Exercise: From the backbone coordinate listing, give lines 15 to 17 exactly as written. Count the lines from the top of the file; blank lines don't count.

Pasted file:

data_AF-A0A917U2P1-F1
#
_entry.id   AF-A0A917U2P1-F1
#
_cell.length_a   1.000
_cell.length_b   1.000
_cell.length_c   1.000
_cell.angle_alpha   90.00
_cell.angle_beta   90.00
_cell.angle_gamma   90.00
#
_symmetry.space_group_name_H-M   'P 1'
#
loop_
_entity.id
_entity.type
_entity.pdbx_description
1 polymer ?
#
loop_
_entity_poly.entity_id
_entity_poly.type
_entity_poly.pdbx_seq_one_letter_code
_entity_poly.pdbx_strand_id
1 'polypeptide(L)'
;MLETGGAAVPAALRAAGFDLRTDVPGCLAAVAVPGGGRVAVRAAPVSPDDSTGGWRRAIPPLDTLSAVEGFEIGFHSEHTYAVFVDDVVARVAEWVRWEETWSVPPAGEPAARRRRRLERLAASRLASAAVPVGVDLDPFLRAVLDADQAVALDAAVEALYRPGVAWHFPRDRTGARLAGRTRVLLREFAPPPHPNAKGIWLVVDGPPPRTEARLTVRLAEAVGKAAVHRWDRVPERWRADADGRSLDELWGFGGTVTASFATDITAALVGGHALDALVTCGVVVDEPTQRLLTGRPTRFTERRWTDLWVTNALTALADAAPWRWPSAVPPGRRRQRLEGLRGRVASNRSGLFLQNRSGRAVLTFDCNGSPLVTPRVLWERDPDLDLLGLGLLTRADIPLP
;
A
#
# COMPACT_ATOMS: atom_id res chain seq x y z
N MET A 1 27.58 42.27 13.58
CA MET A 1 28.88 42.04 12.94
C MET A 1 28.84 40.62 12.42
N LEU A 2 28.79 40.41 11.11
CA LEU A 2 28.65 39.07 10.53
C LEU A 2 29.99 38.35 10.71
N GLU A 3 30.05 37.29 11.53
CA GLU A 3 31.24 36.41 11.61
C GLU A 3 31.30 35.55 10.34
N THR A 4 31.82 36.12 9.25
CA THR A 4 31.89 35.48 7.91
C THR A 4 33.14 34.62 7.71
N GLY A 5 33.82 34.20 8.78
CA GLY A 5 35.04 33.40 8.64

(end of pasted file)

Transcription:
_entity.id
_entity.type
_entity.pdbx_description